$600 Million More for Jails; $600 Million Less for Education and Health

For Immediate Release-November 17, 2011

Contact:  Isaac Ontiveros
Californians United for a Responsible Budget

Oakland CA- On Wednesday, California’s Legislative Analyst Office released grim news about the State’s financial health.  The nonpartisan office projects a $13 billion deficit for 2012, and $3.7 billion revenue shortfall that could trigger at least $2 billion in service and program cuts.  Hit hardest will be education from kindergartens to colleges, as well as In-Home Support Services and library and Medi-Cal services. Wednesday’s dire forecast also predicts a continued drop in wages and an unemployment rate of over 10%.

The LAO report guarantees that “tier 1” trigger cuts of $608 million will be enacted as early as January, just weeks after 25 counties were invited to apply for over $600 million in funding to build more jail cells.  The LAO notes that the state’s planned prison expansion will add $800 million per year to CDCR’s operating costs and recommends that “Given the likely magnitude of these eventual costs, as well as the significant reduction in the state’s inmate population resulting from the federal court ruling to reduce prison overcrowding, the Legislature may want to hold off from moving forward with some of the projects authorized under AB 900.”

“It’s appalling that while the state is poised to cut another 600 million dollars from already suffering essential programs, including In Home Supportive Services, Medi-Cal, child care, and universities and community colleges, they are forcing forward 600 million dollars to build unneccessary jails” said Nancy Berlin, Executive Director of the California Partnership, a statewide coalition of community-based groups, organizing and advocating for programs and policies that reduce and end poverty. “In order to make California a place where everyone can thrive, we need to raise revenues and reduce prison spending immediately.”  In their Budget for Humanity, Californians United for a Responsible Budget (CURB), note that by putting a moratorium on prison and jail construction, embracing moderate sentencing reforms, and humanitarian prisoner-release policies, the State could save over $5 billion.  CURB has made further calls for addressing revenue shortfalls by reforming or repealing Prop 13, closing corporate tax loopholes, instating an oil severance tax, and applying a foreclosure tax to banks.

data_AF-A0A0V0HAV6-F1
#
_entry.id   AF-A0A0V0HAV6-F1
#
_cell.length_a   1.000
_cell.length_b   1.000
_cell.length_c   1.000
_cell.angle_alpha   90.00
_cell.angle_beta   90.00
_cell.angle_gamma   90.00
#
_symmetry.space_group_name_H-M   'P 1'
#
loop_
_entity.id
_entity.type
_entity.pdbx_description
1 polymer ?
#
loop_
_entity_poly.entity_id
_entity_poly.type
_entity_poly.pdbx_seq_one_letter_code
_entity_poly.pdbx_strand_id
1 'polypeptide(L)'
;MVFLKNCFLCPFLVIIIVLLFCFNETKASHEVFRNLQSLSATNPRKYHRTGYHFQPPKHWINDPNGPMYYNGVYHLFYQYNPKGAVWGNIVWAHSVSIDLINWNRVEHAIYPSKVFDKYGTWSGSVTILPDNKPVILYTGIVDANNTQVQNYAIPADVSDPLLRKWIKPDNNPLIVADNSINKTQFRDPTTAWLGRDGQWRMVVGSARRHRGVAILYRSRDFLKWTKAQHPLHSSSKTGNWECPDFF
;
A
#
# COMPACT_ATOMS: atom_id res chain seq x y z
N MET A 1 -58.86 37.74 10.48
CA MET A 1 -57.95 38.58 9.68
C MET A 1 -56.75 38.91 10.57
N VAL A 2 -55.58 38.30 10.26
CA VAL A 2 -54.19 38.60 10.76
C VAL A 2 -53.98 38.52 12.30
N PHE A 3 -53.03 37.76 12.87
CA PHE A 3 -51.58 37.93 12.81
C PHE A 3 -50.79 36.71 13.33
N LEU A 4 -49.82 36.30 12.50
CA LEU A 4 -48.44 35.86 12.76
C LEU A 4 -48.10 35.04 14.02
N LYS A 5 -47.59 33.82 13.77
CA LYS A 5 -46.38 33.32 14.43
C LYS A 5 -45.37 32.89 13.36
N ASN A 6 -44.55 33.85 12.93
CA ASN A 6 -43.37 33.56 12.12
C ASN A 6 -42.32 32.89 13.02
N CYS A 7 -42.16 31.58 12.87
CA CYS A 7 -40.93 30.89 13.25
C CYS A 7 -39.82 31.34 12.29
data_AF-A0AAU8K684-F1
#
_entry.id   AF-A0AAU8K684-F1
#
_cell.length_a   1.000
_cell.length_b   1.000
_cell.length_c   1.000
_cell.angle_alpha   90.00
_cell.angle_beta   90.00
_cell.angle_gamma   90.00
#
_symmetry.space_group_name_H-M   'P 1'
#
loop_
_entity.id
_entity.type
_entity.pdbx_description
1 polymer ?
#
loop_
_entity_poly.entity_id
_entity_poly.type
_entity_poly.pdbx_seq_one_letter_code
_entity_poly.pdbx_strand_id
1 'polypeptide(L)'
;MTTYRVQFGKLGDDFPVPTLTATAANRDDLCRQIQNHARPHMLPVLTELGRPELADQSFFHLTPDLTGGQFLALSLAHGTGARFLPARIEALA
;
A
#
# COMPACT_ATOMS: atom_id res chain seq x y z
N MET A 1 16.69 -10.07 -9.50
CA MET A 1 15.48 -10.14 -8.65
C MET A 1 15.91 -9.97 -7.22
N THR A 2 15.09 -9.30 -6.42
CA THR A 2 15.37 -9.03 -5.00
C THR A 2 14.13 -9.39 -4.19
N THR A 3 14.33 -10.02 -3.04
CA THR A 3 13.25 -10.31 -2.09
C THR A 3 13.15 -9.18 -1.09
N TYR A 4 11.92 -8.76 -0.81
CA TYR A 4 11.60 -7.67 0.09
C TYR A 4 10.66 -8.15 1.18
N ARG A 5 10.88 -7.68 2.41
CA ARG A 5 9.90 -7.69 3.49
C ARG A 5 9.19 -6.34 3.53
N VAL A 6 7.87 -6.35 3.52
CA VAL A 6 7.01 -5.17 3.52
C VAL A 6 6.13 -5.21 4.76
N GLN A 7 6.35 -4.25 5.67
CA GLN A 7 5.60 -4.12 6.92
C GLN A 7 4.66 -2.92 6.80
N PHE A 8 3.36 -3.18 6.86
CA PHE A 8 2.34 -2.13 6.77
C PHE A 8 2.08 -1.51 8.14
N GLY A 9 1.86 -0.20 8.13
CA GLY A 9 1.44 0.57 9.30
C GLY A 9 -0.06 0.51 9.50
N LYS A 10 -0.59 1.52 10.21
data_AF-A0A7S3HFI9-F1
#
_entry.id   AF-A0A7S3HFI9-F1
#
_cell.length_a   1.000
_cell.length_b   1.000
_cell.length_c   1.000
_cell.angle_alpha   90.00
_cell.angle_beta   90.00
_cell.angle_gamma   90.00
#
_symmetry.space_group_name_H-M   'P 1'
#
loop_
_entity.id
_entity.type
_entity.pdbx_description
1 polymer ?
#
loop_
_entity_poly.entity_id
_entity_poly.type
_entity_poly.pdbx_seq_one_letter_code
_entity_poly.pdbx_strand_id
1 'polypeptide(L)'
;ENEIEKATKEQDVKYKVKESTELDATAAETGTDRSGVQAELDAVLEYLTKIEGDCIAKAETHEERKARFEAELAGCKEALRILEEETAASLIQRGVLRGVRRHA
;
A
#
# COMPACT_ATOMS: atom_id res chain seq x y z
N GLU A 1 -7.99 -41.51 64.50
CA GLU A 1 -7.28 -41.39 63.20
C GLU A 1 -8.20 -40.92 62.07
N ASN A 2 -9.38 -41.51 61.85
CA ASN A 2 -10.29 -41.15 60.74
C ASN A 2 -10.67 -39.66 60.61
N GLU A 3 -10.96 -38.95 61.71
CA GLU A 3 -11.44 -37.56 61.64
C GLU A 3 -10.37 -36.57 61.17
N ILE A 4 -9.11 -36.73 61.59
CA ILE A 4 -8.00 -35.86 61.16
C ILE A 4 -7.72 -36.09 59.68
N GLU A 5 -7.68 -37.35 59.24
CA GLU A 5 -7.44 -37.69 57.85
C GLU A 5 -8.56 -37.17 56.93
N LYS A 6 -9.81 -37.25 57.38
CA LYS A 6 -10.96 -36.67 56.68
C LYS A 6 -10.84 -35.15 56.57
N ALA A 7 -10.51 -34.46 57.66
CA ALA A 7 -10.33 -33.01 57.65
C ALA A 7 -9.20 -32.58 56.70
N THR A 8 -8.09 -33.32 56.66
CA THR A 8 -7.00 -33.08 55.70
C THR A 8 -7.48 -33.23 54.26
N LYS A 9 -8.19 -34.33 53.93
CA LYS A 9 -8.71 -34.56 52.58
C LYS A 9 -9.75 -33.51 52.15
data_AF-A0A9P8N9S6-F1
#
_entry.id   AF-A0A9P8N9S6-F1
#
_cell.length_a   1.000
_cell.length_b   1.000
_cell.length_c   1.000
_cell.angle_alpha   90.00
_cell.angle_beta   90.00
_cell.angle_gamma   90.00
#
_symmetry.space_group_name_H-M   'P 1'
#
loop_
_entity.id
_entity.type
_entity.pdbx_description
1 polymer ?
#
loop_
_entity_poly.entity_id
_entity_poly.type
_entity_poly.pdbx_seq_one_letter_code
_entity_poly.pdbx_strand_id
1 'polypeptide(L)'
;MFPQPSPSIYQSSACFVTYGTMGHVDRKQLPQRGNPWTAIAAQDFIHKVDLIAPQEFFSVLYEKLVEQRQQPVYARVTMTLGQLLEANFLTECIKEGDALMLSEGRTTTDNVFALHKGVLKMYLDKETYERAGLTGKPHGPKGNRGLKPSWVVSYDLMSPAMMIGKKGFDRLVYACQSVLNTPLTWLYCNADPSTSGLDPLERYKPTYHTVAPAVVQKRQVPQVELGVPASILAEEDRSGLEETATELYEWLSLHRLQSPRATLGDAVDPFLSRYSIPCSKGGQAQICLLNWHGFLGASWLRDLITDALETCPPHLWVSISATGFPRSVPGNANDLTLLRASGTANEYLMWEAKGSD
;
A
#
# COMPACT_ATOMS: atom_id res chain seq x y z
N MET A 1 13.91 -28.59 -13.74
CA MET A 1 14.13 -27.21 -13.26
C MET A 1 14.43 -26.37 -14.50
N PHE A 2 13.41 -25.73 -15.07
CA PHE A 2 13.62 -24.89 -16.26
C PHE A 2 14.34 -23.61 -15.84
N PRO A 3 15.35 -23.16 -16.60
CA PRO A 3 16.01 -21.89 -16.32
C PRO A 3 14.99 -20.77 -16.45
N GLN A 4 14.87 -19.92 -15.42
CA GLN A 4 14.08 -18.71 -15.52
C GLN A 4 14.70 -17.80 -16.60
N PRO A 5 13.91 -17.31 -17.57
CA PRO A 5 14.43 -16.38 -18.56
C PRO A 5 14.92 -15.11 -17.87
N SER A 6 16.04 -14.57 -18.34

“Whether we’re talking about revenue or spending, it comes down to priorities.  If decision makers in California continue to prioritize imprisonment over education, over healthcare, over the things that make our communities healthy and sustainable, then social and economic crisis will continue to deepen and the forecasts are going to get much more bleak,” said Emily Harris, statewide coordinator for CURB.  The LAO makes mention of prison spending as well as housing crisis, and situates its report within the broader national economic climate.  “Unless you’ve been living in a bunker, it should be abundantly clear that people all over the State are fed up.  We see this everywhere, from Occupy movement to the day to day struggles of formerly imprisoned people and their families to make ends meet,” continued Harris.  “If we are talking about the 99% in California, then whether its the programs and services on the spending side, or the lack of jobs on the revenue side, the same communities-overwhelmingly poor and working communities of color-are hit hardest by the economy and by the prison system.  The first and most basic step toward getting the State’s head above water, is to stop all proposed prison and jail construction”


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